The appearance of a LoG filter is like an upside-down DoG filter (Fig. 97), but if the resulting image is inverted then the results are comparable [3].

## Show code cell content

```
fig = create_figure(figsize=(8, 4))
def log_kernel(shape, sigma: float):
"""
Create an image with a single 1 in the middle,
the apply a Gaussian filter to get the coefficients.
"""
filt = np.zeros(shape)
filt[shape[0]//2, shape[1]//2] = 1.0
return ndimage.gaussian_laplace(filt, sigma)
n = 25
x = np.arange(-n, n+1, 1)
y = np.arange(-n, n+1, 1)
x, y = np.meshgrid(x, y)
sigma = 6
#
z_log = ((x*x + y*y - 2 * sigma*sigma)/(np.power(sigma, 4))) * np.exp(-(x*x + y*y)/(2 * sigma * sigma))
fig, ax = plt.subplots(1, 2, subplot_kw=dict(projection='3d', elev=25), figsize=(10, 5))
ax[0].plot_surface(x, y, z_log, **surf_args)
ax[1].plot_surface(x, y, -z_log, **surf_args)
for a in ax:
a.set_xticklabels([])
a.set_yticklabels([])
a.set_zticklabels([])
ax[0].set_title('LoG filter')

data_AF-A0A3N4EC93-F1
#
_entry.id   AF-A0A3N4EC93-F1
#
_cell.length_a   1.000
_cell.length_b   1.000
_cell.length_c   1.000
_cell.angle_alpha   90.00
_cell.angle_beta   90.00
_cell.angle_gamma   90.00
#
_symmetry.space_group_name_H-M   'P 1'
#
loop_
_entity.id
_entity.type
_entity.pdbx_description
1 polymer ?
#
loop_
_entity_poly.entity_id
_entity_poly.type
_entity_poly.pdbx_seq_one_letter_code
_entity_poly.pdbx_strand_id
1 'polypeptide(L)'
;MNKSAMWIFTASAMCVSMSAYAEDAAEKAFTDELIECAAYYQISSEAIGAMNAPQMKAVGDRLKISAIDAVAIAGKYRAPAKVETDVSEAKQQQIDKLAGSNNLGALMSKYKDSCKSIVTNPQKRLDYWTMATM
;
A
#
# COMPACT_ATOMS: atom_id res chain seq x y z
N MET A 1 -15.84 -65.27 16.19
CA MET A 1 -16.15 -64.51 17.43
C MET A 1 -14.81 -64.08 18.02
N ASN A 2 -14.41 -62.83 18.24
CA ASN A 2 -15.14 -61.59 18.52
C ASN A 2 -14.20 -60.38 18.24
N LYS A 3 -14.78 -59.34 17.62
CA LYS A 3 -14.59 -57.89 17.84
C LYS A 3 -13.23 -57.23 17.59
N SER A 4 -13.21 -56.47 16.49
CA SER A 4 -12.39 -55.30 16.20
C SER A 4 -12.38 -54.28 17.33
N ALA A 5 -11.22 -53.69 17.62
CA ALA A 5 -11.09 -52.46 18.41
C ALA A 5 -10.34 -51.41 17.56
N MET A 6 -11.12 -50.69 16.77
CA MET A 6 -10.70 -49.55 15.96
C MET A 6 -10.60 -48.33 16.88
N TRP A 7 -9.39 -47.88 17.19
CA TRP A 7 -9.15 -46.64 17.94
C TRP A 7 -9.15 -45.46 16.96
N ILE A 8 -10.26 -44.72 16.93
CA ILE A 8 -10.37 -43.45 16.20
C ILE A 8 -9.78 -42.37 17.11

ax[1].set_title('Inverted LoG filter')
glue_fig('fig_log_plots', fig)
```

## Show code cell content

```
fig = create_figure(figsize=(8, 4))
im = load_image('images/dog_on_log_orig.png').astype(np.float32)
show_image(im, title="(A) Dog on a log", pos=131)
sigma_dog = 2
im_dog = ndimage.gaussian_filter(im, sigma_dog) - ndimage.gaussian_filter(im, sigma_dog * 1.6)
show_image(im_dog, title="(B) DoG filtered dog", clip_percentile=0.25, pos=132)
sigma_log = 2
im_log = ndimage.gaussian_laplace(im, sigma_log)
show_image(im_log, title="(C) LoG filtered dog", clip_percentile=0.25, pos=133)
glue_fig('fig_dog_on_log', fig)
```

### Unsharp masking#

Finally, a related technique widely-used to enhance the visibility of details in images – although certainly *not* advisable for quantitative analysis – is **unsharp masking**.